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Home server/Case guide

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A short list of cases to stuff your drives in. If you have any good recommendations post them in the /hsg/ thread or create an account and add it to the list you lazy fuck. Rackmount cases are also welcome. If you own, or have owned one of these cases feel free to write a short review about what you like and dislike about the case. I will try to add as much detail to the pros and cons list as possible, especially anything that would help people avoid unfortunate surprises.

Consumer cases

6 or Less Drives⠀

Image Name Number of 3.5in drive bays Number of 2.5 in drives bays Supported Form Factors Pros Cons
BitFenix Phenom Mini ITX.jpg
BitFenix Phenom Mini ITX 5+1 (use included adapter for 5.25 bay) 0 ITX
  • Compact
  • Surprisingly large storage capacity for size
  • Decent cable management for the size
  • Supports large expansion cards/gpus and cpu coolers
  • Harder to find (might be discontinued?)
  • Limited to ITX only
  • Pricey (over 200USD on newegg at time of writing) Try to find used
  • Limited expandability, only two expansion slots
Cooler Master Elite 110.jpg
Cooler Master Elite 110 3 1 ITX
  • Compact
  • Good airflow from the large intake fan
  • Good price (50USD)
  • Good build quality for the price
  • Limited storage
  • Limited expandability, only two expansion slots
  • Limited to ITX only
  • Cramped, wiring might be a pain
  • Limitations on expansion card length
  • PSU sticks out the back, might be annoying for some
Fractal Design Core 500.jpg
Fractal Design Core 500 3 3 ITX, DTX
  • Good price (50USD)
  • Shape allows for longer expansion cards than other SFF cases
  • Mini ITX, Mini DTX motherboard compatibility
  • Limited storage
  • Limited expandability, only two expansion slots
  • Limited to small form factor motherboards
  • Motherboards with SATA ports that are angled 90 degrees may conflict with installation
  • As large as the node 304, but supports less 3.5in drives
  • Wiring can be a bit difficult if you put an optical drive in the included 5.25in bay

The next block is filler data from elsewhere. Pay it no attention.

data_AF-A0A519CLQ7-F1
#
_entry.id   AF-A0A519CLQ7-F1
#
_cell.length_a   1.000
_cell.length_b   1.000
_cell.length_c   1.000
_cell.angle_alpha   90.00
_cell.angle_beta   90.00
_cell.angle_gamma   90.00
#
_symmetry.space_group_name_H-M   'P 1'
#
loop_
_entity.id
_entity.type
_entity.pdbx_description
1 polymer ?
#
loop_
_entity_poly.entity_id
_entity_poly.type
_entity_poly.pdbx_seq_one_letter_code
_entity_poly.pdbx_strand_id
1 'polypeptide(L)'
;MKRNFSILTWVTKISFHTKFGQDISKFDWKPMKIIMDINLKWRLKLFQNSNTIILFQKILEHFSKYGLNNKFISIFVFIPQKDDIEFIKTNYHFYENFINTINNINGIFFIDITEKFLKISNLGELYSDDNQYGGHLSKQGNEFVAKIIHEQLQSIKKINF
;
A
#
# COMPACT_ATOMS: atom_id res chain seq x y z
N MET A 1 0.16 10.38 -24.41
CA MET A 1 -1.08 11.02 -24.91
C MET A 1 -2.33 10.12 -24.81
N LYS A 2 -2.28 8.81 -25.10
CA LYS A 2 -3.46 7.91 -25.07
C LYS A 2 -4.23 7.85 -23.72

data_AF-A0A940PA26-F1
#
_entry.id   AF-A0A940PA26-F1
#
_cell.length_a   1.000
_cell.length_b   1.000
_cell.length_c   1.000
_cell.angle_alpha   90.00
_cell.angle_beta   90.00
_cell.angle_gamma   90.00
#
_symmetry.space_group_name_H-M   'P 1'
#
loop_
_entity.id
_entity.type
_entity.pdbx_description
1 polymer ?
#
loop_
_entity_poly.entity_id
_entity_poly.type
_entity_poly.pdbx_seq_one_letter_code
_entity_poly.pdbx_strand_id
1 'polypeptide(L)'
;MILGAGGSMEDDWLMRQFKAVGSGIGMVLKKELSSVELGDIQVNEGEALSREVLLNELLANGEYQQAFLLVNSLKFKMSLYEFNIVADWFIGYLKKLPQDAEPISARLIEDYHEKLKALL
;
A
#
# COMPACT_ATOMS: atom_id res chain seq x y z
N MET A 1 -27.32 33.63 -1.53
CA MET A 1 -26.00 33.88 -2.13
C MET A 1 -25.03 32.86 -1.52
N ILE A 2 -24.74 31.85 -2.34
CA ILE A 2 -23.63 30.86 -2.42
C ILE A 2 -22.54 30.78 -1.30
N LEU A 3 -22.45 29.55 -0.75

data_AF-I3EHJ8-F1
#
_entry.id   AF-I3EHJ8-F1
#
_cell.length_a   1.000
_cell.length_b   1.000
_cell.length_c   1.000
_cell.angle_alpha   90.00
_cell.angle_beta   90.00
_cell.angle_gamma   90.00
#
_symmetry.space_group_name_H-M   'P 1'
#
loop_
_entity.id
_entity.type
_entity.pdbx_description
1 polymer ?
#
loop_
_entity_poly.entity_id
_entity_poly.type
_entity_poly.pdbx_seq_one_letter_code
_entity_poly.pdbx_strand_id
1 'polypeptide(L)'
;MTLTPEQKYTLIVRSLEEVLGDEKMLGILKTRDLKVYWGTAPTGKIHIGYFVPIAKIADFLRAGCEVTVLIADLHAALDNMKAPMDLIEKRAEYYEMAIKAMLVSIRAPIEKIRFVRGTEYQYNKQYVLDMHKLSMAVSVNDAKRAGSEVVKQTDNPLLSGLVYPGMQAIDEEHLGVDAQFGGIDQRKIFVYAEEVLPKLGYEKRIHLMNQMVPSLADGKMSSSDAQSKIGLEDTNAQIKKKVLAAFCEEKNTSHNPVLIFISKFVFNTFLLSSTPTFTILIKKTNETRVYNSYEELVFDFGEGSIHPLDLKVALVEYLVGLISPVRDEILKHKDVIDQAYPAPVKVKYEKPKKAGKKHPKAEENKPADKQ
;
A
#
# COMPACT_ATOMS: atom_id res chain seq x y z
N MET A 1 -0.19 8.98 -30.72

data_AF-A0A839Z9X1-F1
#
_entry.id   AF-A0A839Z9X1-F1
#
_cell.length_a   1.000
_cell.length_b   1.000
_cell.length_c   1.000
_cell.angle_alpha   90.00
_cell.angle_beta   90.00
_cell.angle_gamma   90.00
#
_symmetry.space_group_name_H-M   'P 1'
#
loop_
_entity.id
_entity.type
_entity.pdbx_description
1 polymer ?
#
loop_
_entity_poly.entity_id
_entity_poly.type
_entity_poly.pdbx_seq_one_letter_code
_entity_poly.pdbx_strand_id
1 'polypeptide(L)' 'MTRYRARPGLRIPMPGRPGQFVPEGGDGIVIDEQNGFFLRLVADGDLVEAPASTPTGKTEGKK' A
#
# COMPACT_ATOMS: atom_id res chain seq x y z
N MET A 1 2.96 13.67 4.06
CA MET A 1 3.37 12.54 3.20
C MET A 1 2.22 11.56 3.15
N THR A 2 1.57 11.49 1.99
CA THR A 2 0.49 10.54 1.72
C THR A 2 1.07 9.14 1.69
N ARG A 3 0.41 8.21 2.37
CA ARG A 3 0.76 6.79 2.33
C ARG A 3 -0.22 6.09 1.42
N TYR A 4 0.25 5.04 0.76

Fractal Design Node 304.jpg
Fractal Design Node 304 6 0 ITX, Thin Mini ITX, DTX
  • Surprisingly large storage capacity for size
  • Shape allows for longer expansion cards than other SFF cases
  • Supports Three SFF form factors, ITX, thin ITX, DTX
  • Limited expandability, only two expansion slots
  • Limited to small form factor motherboards
  • Larger than most other ITX cases
Cooler Master N200.png
Cooler Master N200 3 4 mATX, ITX
  • Good price (40-50USD)
  • Reasonable wiring options
  • Limited storage
  • Very large compared to other options in this category
Chenbro SR301.jpg
Chenbro SR30169T3 4 2 Mini ITX
  • Looks absolutely sick
  • Very high end construction, just a scaled down version of what you'd expect from a rack mount vendor
  • Hot swap bays are legit, no chinky plastics or "tooless"
  • Autistic airflow route favours keeping drives cool over everything else (average 30C idle temp of 4x 10TB non-helium drives)
  • Expensive AF (100+ USD)
  • As supplied, there are holes at the top and backplane of the drive bays which creates a infinite loop of hot air (fixed with sticky tape)
  • Not suitable for >100W TDP chips
  • Extremely painful serviceability, you need to take the MB out to get the PSU out unless your cooler is under 35mm, the ducted 120mm fan is the last to go in first to come out and is held in with the worlds firmest plastic clip

6-10 Drives⠀

Image Name Number of 3.5in drive bays Number of 2.5 in drives bays Supported Form Factors Pros Cons
Fractal Design Node 804.jpg
Fractal Design Node 804 8 (10 if bottom 2 mounting points are used) 2 (4 if bottom 2 mounting points are used) mATX, ITX
  • Lots of storage options. 2 2.5in mounts (inside front panel), and 2 mounts for drives of either size (attached directly to bottom of case)